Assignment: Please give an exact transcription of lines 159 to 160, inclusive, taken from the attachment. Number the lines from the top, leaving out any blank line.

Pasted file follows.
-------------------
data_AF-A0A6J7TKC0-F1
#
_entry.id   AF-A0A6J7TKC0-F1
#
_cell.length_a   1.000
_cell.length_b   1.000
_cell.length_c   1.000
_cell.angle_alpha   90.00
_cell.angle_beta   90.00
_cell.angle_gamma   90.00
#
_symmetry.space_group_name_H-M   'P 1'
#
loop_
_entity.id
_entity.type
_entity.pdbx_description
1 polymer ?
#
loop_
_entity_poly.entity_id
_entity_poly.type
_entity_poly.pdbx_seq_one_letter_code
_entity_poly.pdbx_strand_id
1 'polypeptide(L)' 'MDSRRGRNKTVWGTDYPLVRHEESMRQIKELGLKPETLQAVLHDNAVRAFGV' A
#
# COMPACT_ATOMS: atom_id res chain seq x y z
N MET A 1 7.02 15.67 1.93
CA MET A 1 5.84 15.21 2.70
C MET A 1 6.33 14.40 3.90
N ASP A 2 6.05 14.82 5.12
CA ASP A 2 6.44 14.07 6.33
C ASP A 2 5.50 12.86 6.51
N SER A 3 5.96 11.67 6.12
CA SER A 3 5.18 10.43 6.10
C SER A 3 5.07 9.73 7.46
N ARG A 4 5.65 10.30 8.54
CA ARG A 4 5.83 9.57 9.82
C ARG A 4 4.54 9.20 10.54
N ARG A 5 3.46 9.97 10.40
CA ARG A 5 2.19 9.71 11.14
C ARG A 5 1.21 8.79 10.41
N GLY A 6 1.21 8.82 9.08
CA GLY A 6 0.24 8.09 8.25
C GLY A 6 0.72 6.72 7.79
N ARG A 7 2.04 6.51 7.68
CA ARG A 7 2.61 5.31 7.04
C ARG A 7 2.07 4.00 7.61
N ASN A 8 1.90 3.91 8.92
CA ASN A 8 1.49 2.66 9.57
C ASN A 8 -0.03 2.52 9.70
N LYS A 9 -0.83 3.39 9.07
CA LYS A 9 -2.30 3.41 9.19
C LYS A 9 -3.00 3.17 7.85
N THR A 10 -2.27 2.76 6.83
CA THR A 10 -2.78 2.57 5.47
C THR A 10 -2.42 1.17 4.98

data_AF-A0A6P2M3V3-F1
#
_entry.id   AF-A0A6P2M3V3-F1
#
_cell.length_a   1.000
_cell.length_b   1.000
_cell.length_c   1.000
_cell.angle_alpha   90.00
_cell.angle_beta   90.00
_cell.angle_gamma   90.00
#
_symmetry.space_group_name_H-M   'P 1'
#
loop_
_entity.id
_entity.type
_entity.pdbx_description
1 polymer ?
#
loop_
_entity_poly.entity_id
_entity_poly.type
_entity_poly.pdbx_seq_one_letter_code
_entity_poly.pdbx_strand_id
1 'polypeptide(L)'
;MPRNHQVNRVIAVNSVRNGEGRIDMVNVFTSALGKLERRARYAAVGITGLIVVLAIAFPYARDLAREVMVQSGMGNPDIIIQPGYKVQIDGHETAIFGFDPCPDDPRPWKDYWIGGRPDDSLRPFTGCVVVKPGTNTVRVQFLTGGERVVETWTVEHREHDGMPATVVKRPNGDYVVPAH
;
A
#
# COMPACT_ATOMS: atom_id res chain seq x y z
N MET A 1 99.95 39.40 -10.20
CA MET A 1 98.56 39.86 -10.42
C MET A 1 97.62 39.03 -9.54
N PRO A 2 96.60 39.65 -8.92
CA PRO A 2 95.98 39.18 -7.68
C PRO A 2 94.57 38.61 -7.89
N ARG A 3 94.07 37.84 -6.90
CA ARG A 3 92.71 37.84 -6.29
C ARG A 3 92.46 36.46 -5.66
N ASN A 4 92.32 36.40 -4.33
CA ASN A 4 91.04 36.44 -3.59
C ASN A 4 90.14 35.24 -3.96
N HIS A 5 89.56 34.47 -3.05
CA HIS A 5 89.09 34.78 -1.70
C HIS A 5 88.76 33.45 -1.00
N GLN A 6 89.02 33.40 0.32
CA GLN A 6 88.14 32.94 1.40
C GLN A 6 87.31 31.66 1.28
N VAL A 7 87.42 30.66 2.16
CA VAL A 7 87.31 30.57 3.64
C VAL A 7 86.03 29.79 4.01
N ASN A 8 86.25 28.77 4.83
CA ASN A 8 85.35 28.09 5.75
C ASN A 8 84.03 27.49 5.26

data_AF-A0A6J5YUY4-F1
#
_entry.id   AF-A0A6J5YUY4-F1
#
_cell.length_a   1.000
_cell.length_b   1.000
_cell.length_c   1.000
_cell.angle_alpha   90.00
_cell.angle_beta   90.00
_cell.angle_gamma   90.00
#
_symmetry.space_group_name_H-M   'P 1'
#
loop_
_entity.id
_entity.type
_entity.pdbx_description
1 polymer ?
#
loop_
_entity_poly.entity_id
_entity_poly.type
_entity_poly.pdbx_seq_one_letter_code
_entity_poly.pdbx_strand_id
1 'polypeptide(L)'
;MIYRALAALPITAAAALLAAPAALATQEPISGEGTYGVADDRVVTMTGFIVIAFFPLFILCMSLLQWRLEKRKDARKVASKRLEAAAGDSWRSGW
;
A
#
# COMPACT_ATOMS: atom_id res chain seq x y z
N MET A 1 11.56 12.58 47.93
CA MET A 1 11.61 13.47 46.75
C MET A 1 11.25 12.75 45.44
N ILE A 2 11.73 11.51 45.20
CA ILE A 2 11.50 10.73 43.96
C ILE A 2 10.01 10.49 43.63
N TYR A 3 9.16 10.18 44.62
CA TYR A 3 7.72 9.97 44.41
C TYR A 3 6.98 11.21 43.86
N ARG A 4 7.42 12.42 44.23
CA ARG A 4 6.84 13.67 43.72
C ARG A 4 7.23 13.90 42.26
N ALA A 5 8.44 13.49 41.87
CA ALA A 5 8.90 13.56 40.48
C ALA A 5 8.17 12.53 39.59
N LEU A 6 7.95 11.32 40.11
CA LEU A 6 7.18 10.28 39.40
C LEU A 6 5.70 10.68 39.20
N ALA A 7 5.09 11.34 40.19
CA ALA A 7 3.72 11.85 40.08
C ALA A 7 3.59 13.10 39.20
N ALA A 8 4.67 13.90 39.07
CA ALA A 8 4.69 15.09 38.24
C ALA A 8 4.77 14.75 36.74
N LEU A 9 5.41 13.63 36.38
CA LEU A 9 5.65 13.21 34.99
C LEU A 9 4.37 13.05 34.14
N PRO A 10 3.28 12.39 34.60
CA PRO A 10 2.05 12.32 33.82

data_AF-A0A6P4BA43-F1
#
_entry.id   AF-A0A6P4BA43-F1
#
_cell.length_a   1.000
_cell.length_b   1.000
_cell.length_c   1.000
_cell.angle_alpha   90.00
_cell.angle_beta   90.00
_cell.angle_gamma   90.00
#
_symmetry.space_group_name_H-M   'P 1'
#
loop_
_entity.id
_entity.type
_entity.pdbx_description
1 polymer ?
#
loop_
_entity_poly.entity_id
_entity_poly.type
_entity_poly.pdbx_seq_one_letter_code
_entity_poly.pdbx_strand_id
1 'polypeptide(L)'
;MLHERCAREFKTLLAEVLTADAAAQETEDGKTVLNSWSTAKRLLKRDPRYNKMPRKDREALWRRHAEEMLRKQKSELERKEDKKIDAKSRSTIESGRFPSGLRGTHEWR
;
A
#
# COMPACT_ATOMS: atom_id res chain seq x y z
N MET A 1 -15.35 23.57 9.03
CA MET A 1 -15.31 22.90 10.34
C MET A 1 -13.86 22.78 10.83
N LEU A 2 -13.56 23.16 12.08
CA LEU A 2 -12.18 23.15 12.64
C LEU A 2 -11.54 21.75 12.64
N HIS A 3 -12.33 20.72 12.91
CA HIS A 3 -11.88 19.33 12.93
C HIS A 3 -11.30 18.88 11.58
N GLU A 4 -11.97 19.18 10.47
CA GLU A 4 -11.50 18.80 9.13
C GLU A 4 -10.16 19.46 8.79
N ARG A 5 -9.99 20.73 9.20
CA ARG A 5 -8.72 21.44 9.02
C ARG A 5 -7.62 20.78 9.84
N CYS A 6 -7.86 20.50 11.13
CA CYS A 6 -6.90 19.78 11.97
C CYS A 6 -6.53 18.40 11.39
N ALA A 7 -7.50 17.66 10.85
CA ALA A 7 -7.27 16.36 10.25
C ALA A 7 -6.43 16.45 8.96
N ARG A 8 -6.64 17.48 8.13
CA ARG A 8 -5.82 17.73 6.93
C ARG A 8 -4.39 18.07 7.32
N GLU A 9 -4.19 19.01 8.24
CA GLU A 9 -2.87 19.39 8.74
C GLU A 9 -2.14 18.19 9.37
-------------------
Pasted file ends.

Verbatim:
C LEU A 6 5.70 10.68 39.20
N ALA A 7 5.09 11.34 40.19